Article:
at 7:56 PM Anonymous Anonymous said...

3:26 - I wanted to express something like that but you said it much better than I could have.

Watching him courtside live, made it very hard to believe he's a basically-good guy. Like wise, respect Daugherty's more-informed opinion, so ... I'm still wondering >> what the heck is this guy?

at 8:19 PM Anonymous a.turtle said...

Paul, did you ever talk Civil War with Knight? Oh man, that is really something else. He could teach the subject. His sense of war history and analysis is unbelievable.

Get him away from the droning of day-to-day basketball and he's a fascinating figure.

And he's an amazingly calm guy on a golf course. Go figure.

at 6:26 AM Blogger Jeff Lehner said...

"substance guy in a style world"

true. great line, probably the highest form of compliment you could give such a fellow.

at 9:42 AM Anonymous Anonymous said...

Oh yeah.... and Bob Knight would also give a crap about a poster who's name is Vermont Dad.

at 11:02 AM Blogger Allan said...

Paul - I'm a basketball coach and a teacher. What you said,

"As a college basketball coach, you are paid to win games and graduate players. Nobody did it better than Knight. His players were invariably polite and well spoken. They went on to lead productive lives. Isn't that what matters, when all's said and done?"

Rings true.

Unfortunately there are those administrators out there who speak of how the ends do not justify the means. They don't want their teachers to be tough on students, to have high standards, or to be uncompromising in their beliefs, because even though such qualities may produce productive young people, the learning process for these students is sometimes bumpy.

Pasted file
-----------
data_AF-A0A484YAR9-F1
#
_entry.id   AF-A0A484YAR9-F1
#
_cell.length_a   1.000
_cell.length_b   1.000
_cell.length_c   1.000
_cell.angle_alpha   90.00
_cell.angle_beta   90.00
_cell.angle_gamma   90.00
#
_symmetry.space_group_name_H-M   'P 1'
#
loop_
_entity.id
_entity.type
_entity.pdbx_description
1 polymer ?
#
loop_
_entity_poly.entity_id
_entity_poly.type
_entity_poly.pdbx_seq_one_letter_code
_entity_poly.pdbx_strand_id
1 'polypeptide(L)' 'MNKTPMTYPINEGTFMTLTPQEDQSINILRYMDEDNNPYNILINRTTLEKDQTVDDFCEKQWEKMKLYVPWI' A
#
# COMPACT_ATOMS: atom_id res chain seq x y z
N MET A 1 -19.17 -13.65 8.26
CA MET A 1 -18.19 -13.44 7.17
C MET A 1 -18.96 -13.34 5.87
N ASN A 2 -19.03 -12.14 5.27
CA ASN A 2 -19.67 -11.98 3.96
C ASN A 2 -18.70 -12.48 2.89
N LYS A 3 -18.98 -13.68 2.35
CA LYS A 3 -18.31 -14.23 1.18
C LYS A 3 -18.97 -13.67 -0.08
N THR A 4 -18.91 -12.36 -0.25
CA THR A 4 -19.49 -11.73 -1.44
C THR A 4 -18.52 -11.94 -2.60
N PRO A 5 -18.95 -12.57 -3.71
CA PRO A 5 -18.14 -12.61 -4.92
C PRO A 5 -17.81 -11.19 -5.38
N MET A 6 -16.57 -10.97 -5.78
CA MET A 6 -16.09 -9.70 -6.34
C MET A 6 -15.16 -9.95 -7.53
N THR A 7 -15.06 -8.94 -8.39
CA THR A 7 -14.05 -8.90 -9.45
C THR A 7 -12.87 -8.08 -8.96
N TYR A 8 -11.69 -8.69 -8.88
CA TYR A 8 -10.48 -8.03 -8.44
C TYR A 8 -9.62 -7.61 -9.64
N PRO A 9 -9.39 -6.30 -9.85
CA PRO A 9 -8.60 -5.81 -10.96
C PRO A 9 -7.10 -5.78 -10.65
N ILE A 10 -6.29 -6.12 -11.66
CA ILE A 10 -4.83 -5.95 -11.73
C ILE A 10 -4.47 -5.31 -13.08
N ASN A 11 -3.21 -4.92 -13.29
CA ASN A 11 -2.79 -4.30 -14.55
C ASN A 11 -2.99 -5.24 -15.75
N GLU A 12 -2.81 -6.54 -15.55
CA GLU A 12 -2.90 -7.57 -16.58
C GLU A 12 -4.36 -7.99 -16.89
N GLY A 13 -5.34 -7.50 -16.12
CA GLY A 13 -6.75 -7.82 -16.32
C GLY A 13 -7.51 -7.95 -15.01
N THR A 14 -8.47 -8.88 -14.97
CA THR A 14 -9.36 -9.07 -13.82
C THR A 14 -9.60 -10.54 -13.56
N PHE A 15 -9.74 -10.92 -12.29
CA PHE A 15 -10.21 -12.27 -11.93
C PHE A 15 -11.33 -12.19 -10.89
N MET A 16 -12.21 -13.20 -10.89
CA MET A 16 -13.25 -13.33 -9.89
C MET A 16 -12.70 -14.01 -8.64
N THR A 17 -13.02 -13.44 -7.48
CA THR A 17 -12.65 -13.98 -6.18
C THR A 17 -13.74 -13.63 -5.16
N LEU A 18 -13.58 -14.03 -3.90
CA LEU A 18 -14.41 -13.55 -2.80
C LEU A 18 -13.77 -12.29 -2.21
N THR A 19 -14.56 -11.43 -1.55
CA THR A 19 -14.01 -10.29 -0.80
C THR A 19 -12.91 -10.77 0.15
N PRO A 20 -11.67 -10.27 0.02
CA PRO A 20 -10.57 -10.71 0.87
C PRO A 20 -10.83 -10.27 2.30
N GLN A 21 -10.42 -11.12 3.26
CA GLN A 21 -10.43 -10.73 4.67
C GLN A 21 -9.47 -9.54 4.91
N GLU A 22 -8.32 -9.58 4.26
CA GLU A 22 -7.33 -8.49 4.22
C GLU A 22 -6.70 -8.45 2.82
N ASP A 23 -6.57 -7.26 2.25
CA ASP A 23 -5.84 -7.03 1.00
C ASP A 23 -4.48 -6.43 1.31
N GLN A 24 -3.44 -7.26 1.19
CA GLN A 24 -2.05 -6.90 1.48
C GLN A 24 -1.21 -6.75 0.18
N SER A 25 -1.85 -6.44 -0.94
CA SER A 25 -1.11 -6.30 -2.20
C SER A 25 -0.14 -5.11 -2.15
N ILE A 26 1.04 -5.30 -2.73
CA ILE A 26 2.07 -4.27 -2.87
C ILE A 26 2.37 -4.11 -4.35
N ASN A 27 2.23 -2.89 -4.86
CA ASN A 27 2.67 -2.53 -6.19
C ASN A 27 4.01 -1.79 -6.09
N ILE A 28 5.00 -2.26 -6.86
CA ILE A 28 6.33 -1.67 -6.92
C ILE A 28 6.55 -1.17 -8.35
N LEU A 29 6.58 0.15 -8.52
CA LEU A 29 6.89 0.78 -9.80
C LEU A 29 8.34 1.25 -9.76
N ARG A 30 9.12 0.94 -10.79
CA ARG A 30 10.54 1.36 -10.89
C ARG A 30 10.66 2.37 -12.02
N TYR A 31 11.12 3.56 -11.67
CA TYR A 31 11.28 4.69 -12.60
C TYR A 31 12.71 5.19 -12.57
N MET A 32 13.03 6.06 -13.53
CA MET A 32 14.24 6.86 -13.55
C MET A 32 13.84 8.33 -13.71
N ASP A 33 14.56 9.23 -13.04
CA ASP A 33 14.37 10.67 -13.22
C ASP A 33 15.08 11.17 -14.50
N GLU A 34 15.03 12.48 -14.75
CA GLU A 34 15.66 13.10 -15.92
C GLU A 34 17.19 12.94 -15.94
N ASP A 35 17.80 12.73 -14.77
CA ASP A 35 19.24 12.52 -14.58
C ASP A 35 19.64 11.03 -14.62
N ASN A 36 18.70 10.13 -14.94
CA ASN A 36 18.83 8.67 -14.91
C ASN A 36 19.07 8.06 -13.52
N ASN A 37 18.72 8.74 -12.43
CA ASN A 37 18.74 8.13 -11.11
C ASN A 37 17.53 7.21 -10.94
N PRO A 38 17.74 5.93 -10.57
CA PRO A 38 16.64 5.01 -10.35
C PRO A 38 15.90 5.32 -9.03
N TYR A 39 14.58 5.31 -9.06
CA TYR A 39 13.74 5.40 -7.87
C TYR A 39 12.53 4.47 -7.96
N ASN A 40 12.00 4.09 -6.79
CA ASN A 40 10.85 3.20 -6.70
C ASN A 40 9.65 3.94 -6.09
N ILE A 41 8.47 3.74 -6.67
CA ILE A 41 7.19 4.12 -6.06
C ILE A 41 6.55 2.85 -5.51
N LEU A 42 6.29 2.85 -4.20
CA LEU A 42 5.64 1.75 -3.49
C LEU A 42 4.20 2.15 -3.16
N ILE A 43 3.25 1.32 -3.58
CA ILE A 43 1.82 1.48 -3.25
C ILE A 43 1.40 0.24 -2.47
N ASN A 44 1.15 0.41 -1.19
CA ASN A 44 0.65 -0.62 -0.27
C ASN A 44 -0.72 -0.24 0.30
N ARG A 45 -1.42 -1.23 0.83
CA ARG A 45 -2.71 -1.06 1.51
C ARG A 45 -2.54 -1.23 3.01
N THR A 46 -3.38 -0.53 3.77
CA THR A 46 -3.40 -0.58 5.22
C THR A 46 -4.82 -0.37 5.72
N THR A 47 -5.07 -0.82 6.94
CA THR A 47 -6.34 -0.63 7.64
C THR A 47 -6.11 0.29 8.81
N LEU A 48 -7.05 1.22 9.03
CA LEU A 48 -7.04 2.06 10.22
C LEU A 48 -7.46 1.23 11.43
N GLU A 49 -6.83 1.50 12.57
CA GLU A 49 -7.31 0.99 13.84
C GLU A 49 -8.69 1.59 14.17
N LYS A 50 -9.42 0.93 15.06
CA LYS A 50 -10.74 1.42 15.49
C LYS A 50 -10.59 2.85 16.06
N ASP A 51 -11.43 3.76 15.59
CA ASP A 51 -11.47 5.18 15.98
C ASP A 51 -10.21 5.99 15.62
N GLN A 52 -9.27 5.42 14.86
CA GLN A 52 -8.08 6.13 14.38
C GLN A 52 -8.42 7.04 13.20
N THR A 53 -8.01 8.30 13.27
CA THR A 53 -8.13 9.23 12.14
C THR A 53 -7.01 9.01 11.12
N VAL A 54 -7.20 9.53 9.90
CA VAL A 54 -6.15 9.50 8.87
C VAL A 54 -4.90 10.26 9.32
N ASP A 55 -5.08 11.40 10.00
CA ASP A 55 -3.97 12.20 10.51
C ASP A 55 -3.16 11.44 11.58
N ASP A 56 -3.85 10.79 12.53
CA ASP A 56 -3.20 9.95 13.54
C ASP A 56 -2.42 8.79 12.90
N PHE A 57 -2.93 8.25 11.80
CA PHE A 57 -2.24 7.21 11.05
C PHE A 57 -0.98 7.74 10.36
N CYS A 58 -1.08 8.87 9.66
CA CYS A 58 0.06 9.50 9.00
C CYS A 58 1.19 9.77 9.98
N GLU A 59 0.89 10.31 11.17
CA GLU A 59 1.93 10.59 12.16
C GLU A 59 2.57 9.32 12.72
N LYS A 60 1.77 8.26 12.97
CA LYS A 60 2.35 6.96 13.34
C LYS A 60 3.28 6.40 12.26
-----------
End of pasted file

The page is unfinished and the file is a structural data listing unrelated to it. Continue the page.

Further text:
These days, we don't want our students to ever feel bad, even though adversity builds character. That's too bad.

If we had more teachers like Coach Knight, maybe we'd have more produce better graduates - not the crop of wimps with helicopter parents that are growing in number every year.

at 11:30 AM OpenID vermontdad said...

Guess I touched a nerve there with anonymous AKA "doofus".

at 12:03 PM Anonymous Anonymous said...

On the way to the coronation, let's consider:

In 1979, Knight was arrested for assaulting a police officer during the Pan American Games in Puerto Rico.

In 1985, Knight threw a chair across the court to protest a referee's call during a game against the rival Purdue Boilermakers.

April, 1988 interview with Connie Chung in which he said, "I think that if rape is inevitable, relax and enjoy it.
In March 2006, a student's heckling at Baylor University resulted in Knight having to be restrained by a police officer.

And that's just a sampling. Great coach -- genius coach. Great players came from his program -- but great players, who graduate, aren't always great people (see Washington, Isiah) -- Great guy? Hmmm.... I don't think his record bears that out. Stop the fairy tale and just acknowledge him for what he is -- which includes being a quitter (stop trying to rationalize that too -- it's silly, this move to quit mid-season is inexcusable)

at 12:12 PM Anonymous mountainmurf said...

Having spent 18 years living in Indiana, I view it a little differently. The saddest part of Bob Knight's legacy is the legion of young coaches who grew up thinking that was the way to coach. It was embarassing to see young "Bob Knight" emulators use his routine on young kids, boys and girls, because he got away with it. I wonder how many kids didn't go back because of it. I know at least 2. They were mine. But they at least finished their seasons. He was classless...reminds me of Belichek.